The COVID-19 crisis wreaked havoc on the mortgage real estate investment trust (REIT) sector, and most companies in the sector have had to write down book value and cut their dividends. For the most part, the agency REITs that specialize in mortgages guaranteed by the U.S. government were able to maintain their business models, but those that concentrate outside the government-guaranteed space have had to change their investment strategies.

Mortgage REIT New Residential (RITM 0.36%) was one of those companies, and it has made possibly one of the biggest transformations.

Tiny house sits on stack of coins beside a calculator.

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The transformation and a massive mortgage refinancing wave

New Residential entered 2020 as a REIT that specialized in the non-government-guaranteed space. The company held legacy non-guaranteed mortgages and used them as collateral for securitizations. The company also had a lending arm that focused on the nascent market in non-guaranteed mortgages, known in industry vernacular as non-QM lending. Finally, it concentrated on mortgage-servicing rights.

As credit tightened in March and April, the company experienced margin calls and was forced to liquidate assets into declining markets. The company wrote down book value, cut its dividend, and changed its strategy. 

The New Residential of today is completely different.

First, New Residential continues to sell its non-government-guaranteed mortgages and is building up a portfolio of government-guaranteed, mortgage-backed securities. In other words, New Residential's future mortgage-backed securities portfolio will more closely resemble AGNC Investment (AGNC -0.61%) than the New Residential of old. 

Second, the mortgage banking arm of New Residential is in the midst of a massive refinancing boom. The company exited the non-QM lending business and is now focusing on mortgages that are guaranteed by Fannie Mae, Freddie Mac, or the U.S. government. On the earnings call, New Residential management forecast that it will originate between $45 billion and $50 billion in mortgages in 2020. In other words, the operating company will be a much bigger source of earnings for the company going forward.

Mortgage servicing is another source of operating income

Mortgage servicing will continue to be a focus for the company. Mortgage-servicing rights (MSRs) represent compensation for handling customer payments, ensuring that investors are paid, and managing delinquencies. This is one of the few financial assets that increase in price as interest rates rise. This dynamic will benefit New Residential once rates rise because the mortgage-origination business will decline as refinance opportunities dry up.

The servicing book acts as a hedge for the origination business. In addition, New Residential is currently pursuing a recapture strategy in which it will respond to payoff requests by soliciting the borrower for another mortgage. This is a way of making lemonade out of lemons. New Residential may lose the mortgage-servicing right, but it will still potentially get a new loan and a new servicing arrangement out of the refinancing. 

Assets plus operating income equals a book value in the mid-teens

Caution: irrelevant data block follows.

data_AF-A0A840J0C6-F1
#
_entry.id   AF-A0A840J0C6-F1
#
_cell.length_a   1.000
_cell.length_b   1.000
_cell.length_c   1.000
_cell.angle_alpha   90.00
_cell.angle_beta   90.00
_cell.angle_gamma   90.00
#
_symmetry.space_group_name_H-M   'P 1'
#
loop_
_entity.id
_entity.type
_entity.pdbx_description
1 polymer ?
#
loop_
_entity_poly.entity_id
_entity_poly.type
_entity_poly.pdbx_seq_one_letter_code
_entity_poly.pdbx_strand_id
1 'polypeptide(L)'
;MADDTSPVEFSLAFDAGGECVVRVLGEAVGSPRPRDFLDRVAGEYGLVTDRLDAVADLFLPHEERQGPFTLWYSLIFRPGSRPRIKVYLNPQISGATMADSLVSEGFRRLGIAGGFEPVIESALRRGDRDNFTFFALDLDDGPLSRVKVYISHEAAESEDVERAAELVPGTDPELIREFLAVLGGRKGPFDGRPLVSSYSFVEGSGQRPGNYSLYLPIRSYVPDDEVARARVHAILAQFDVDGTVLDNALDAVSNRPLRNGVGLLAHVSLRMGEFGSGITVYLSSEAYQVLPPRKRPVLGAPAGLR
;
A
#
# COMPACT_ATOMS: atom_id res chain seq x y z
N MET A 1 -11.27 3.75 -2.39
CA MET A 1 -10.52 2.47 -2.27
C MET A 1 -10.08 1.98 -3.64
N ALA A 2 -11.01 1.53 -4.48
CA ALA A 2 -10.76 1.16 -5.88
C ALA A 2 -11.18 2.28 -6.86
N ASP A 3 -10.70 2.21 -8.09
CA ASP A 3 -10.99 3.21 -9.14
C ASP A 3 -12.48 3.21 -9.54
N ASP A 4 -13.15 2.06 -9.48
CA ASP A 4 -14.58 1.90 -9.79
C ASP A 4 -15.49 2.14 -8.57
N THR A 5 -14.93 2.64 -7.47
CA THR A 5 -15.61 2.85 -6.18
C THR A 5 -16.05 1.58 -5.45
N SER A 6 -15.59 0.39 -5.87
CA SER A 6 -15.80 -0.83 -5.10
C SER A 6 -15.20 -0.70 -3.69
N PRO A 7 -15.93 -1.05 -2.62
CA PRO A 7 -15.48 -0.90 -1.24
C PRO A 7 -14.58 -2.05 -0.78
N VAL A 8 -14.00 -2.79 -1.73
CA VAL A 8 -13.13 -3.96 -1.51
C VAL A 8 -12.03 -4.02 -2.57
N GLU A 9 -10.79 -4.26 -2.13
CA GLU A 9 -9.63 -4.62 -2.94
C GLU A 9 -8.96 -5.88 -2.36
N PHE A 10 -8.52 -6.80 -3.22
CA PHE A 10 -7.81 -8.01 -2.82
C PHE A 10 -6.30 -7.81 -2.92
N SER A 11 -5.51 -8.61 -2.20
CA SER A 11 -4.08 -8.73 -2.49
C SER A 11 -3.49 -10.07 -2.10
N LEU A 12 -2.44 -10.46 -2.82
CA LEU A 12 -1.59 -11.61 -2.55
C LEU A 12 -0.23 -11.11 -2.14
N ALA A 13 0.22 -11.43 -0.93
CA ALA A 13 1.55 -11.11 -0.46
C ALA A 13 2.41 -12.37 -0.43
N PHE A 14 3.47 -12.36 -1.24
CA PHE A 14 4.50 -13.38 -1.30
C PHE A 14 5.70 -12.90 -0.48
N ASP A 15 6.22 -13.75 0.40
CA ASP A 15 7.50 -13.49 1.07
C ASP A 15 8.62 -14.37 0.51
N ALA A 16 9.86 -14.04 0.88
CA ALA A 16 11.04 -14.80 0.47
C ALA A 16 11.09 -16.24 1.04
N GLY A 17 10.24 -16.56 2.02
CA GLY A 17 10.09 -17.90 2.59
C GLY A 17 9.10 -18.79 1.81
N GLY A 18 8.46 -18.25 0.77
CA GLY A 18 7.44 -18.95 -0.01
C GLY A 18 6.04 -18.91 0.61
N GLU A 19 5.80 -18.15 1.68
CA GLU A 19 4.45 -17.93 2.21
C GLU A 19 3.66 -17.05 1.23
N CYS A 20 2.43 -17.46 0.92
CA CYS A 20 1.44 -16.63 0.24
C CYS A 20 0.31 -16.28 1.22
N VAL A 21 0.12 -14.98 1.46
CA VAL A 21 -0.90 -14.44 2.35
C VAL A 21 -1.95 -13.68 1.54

New Residential reported the book value at the end of the second quarter was $10.77 a share, a slight increase from the $10.71 it reported at the end of the first quarter. This reflects two things: First, we are still awaiting a recovery in non-government-guaranteed mortgage pricing. The Fed stepped into the mortgage market in April, which benefited guaranteed mortgages but didn't do anything for non-guaranteed mortgages. Second, it reflects continued issues in the servicing market, where forbearance policies instituted by the government are depressing valuations and servicing runoff. Servicing valuations are about the cheapest ever and represent a potential source of growth in book value.

The operating company is another potential source of book value as well. On the second-quarter conference call, New Residential CEO Michael Nierenberg explained the book value math:

This is a sheet we'd like to talk about our implied book value. Stated book value $10.77. If you look at our operating company and put some multiple on the earnings, if you take our earnings for our pre-tax earnings estimate for 2020 which we estimate to be between $750 million and $800 million and put approximately a three multiple on that that will give you enterprise value of something a little bit north of $2 billion. If you take that and then if you add the implied value of that $4 per share, our implied book value is between $14 and $15 per share. 

Note that New Residential is trading at around $7.80 per share, which is a 28% discount to that generally accepted accounting principles (GAAP) book value. The company has $1 billion in cash and liquidity, and 95% of its liabilities are no longer subject to daily "mark-to-market" margin calls. The company will be much more insulated if we have another credit crisis. The substantial discount to book value probably will disappear as New Residential sells off more of its older, non-guaranteed mortgages. The company also has a 5% dividend yield

In many ways, this aspect of the business looks pretty similar to PennyMac Financial Services (PFSI 0.76%), which has been on a tear this year as mortgage originators are making money hand over fist. New Residential entered the crisis as a non-agency mortgage REIT, which had a servicing arm and specialized in non-QM lending. It exits the crisis looking more like a combination of the old New Residential, AGNC Investment, and PennyMac Financial Services. It is now a completely different company and should be looked at as such.